The announcer on the program is just that, an announcer, not a personality-type Dee Jay -- he doesn't give his name, just a fellow with a bland, monotone voice who introduces the records, reads the names of the people making the requests, and drops in live-read commercials for such sponsors as Dr. Podos the Optometrist, McClure's Floor Covering, and the Majestic Gift Shoppe. Don't forget to call INgersoll 2-1500 to get your request in! And coming up at 4:45 pm, stay tuned for the Christian Science Commentary program followed by a feature in the German language, and at 5:30 hear Buck Nation and his Hill-Billy Roundup. A hillbilly in Brooklyn? Must be from Clinton Hill.

    I love this kind of smalltime neighborhood radio from the 1930s -- a real contrast to the hype and gloss of the big network shows.
     
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  13. LizzieMaine

    LizzieMaine Bartender

    Reviewing several hours of programming from shortwave station KGEI in San Francisco dating to the summer of 1941.

    Alone among the major players on the global scene in the years before WWII, the United States had no state-owned international broadcasting system, no "Voice of America," to relay the official US line to the rest of the world. Instead, American international broadcasts of the prewar era were under the control of major corporations, mostly RCA-NBC, Westinghouse, Crosley, and General Electric. GE was the most active of these, operating stations in both Schenectady and San Francisco to blanket the world in their messages. Those messages were an odd mix of routine stateside commercial programming relayed from NBC, transcriptions of such GE programs as "Excursions in Science," and the propaganda line of the National Association of Manufacturers, as represented in news bulletins provided by Hearst's International News Service. It's telling that they devote a substantial segment of each newscast to reading the latest quotes for the entire Dow Jones Industrial Average. (Sears was selling at $69.50 on June 7, 1941, if anyone in Micronesia cared.)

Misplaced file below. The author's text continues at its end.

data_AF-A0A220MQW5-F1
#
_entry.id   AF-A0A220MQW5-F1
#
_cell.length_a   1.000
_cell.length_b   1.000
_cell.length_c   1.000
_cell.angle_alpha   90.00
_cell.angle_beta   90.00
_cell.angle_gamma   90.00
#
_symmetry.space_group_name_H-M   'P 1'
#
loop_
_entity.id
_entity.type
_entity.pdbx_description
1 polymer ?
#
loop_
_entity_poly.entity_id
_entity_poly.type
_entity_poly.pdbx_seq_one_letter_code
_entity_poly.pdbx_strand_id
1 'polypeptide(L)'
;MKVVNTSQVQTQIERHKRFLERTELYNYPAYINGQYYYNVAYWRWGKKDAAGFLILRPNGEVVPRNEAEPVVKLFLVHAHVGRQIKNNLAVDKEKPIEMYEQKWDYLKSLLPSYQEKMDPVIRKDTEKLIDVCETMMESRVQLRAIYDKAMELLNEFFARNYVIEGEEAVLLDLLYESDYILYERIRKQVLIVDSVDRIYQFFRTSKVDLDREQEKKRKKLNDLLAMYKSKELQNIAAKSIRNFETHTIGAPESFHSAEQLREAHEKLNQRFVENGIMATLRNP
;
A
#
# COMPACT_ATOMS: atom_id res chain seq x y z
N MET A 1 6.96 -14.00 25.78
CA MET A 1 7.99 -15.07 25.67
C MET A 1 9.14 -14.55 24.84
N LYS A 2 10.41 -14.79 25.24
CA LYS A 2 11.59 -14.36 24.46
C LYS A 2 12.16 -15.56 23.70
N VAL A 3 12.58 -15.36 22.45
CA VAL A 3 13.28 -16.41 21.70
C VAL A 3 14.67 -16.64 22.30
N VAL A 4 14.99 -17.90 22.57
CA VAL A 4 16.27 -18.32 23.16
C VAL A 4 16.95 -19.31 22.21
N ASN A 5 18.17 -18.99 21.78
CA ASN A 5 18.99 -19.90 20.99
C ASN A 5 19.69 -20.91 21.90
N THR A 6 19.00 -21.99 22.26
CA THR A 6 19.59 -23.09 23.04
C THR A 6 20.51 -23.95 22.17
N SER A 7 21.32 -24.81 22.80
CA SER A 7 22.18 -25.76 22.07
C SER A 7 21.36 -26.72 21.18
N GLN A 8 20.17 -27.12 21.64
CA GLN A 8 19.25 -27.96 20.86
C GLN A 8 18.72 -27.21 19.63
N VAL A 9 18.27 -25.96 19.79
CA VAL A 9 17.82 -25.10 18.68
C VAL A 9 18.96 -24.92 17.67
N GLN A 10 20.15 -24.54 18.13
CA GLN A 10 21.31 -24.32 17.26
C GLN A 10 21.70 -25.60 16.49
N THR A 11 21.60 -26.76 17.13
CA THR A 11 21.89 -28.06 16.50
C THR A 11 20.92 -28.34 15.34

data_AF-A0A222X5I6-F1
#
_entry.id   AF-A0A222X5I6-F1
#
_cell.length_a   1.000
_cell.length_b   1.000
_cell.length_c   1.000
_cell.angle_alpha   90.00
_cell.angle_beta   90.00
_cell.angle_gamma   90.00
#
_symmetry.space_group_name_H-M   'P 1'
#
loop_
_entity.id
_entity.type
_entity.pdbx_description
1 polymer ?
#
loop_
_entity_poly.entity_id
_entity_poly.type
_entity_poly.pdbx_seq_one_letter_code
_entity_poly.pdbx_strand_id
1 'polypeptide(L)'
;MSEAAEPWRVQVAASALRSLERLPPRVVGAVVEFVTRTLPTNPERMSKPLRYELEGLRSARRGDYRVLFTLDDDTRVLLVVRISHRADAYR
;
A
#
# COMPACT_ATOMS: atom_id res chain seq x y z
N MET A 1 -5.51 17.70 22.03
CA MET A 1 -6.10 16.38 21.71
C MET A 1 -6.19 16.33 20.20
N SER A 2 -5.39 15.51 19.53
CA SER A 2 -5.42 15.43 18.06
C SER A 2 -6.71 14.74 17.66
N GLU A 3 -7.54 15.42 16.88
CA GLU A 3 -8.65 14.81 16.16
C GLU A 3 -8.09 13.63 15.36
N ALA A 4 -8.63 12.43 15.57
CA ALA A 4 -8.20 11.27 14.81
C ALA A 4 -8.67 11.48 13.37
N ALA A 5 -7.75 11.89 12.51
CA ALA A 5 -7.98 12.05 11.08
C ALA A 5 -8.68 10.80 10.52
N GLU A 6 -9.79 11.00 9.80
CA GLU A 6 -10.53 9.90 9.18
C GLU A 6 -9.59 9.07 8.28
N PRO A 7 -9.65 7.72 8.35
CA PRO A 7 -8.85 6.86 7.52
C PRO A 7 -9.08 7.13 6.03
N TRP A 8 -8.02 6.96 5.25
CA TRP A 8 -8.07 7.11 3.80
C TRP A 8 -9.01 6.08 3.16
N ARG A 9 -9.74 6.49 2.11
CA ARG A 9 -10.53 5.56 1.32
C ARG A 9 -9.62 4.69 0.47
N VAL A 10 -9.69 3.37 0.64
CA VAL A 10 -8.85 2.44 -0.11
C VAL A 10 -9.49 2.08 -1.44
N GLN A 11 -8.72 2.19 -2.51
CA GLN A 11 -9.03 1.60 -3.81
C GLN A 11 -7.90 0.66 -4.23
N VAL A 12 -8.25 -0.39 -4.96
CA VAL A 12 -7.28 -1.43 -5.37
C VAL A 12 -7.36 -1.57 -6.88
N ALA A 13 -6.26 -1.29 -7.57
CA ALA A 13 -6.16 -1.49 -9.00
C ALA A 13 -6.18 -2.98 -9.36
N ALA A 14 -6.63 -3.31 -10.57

It's typical of stateside radio of the time, but an odd juxtaposition of content to send out for a primarily non-English-speaking audience, far removed from the thought-out cohesiveness of, say, the BBC's Overseas Service programming. Listeners to KGEI in Asia, Austrialia, and Latin America probably made little sense of the likes of Lum and Abner, Don McNeill's Breakfast Club, Baby Snooks or Bob "Bazooka" Burns singing the Hut-Sut Song, punctuated by isolationist-oriented news headlines delivered in a cold, hard-edged voice, and short dramatized lectures outlining the role of GE's brand of technology in the future progress of humanity. The mix is often incomprehensible -- a relay of an English-language NBC entertainment show is followed immediately and without any sort of transition by a station ID and a long-winded news summary in Spanish -- and one wonders exactly what the target audiences got out of this programming.

    KGEI, however, did have the most impressive sign-on I've ever heard, with the station commencing its broadcast day with a crashing, sizzling blast of thunder and spark noise followed by a stentorian voice bellowing "THE VOICE OF ELECTRICITY!" That to you, Hirohito.
     
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  14. 3fingers

    3fingers One Too Many